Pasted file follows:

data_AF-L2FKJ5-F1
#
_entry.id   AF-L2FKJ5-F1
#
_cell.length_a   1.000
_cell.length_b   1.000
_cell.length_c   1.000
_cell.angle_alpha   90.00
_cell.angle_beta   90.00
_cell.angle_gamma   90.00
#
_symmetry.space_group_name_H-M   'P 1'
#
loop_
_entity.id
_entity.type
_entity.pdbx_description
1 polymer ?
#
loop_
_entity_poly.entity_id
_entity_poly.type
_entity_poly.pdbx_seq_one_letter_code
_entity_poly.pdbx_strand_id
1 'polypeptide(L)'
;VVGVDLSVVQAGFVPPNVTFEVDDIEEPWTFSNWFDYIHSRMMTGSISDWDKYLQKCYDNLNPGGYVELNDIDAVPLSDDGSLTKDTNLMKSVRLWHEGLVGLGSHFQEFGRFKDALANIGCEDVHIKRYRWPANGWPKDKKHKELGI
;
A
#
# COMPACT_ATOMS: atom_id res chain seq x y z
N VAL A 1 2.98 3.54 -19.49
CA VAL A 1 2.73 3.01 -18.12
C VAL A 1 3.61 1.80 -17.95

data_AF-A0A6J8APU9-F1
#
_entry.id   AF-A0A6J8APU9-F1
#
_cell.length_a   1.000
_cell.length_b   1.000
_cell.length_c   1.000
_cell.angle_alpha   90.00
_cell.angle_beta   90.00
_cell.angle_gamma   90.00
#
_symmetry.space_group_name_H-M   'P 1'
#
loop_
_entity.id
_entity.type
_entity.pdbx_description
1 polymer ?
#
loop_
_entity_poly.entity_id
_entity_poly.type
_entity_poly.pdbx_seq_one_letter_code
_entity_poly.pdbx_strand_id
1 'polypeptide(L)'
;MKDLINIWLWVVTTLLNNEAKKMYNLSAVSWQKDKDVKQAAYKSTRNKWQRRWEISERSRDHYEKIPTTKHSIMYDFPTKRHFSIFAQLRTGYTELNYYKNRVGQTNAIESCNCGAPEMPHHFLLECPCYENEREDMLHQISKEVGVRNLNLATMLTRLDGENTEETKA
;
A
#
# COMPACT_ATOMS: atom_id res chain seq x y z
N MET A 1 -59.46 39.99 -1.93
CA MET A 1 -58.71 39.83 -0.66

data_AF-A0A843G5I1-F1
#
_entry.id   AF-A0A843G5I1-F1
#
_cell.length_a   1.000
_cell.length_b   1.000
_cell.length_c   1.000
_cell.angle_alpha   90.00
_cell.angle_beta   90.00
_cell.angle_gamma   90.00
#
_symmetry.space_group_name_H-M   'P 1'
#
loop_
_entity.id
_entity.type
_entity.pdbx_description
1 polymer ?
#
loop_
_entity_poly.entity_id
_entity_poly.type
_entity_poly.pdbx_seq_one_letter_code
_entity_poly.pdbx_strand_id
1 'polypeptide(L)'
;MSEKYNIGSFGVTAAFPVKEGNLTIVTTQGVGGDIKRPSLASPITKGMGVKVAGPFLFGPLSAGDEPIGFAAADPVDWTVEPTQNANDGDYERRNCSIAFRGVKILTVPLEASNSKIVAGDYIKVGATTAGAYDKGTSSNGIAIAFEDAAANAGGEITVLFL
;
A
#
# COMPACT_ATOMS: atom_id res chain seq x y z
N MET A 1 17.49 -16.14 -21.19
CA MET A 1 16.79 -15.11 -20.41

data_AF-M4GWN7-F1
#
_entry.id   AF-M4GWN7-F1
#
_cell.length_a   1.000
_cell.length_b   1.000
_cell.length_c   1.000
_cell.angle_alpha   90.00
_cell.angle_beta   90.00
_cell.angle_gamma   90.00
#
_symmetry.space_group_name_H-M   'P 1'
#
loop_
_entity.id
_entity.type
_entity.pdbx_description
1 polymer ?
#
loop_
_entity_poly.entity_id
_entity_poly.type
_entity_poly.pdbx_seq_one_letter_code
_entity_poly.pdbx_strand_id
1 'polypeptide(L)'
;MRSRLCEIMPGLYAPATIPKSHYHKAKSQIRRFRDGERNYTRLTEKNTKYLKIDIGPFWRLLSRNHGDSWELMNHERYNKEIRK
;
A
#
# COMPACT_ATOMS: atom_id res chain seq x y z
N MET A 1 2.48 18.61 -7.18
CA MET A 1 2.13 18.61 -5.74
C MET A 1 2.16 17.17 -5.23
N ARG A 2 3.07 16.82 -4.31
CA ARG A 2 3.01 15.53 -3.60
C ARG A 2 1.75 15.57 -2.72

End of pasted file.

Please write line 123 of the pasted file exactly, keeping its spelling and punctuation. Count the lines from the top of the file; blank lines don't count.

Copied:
;MRSRLCEIMPGLYAPATIPKSHYHKAKSQIRRFRDGERNYTRLTEKNTKYLKIDIGPFWRLLSRNHGDSWELMNHERYNKEIRK